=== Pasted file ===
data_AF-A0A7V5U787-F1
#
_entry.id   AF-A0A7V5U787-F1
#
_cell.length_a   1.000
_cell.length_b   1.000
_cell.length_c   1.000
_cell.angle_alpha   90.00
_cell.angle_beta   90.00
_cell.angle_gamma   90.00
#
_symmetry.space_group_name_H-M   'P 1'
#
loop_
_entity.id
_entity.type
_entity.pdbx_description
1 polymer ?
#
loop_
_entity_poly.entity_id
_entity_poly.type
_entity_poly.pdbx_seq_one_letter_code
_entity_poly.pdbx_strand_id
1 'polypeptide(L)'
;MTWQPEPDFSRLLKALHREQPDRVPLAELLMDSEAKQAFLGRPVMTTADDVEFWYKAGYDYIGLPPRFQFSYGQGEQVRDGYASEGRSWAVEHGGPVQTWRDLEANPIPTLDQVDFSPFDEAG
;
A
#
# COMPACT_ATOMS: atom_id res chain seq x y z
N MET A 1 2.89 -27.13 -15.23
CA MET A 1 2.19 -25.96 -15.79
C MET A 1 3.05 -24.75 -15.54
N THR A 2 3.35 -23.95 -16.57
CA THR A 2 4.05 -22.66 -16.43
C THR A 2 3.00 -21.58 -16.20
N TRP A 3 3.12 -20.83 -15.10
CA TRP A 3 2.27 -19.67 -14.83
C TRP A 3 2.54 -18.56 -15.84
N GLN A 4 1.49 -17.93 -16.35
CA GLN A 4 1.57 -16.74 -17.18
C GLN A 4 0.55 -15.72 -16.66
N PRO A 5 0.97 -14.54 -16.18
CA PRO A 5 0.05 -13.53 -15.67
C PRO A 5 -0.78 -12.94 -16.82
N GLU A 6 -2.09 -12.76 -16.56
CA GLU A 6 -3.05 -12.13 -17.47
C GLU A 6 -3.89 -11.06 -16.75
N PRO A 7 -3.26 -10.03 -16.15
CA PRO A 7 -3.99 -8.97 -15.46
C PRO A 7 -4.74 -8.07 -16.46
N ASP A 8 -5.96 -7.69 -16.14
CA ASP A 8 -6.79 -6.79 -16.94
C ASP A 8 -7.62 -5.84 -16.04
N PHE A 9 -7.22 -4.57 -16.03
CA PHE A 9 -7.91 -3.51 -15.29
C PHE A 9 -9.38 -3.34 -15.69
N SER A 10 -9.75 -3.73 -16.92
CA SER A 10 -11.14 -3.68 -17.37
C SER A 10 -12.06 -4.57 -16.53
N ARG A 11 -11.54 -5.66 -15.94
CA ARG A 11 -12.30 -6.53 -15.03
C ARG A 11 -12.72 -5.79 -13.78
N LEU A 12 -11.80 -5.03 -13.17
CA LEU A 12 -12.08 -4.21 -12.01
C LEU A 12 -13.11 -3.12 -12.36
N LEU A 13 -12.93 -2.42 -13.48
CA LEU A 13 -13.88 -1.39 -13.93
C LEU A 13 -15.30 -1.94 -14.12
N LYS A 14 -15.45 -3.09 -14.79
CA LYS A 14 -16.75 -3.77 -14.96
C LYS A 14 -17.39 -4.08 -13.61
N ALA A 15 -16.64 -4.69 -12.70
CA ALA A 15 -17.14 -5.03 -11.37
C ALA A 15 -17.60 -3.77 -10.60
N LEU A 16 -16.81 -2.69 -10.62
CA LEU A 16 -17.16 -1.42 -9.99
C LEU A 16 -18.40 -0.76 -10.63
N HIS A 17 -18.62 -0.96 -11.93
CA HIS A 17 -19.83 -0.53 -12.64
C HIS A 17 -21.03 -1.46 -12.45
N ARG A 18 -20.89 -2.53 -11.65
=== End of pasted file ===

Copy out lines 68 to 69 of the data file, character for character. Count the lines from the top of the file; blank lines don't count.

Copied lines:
CA LEU A 13 -13.88 -1.39 -13.93
C LEU A 13 -15.30 -1.94 -14.12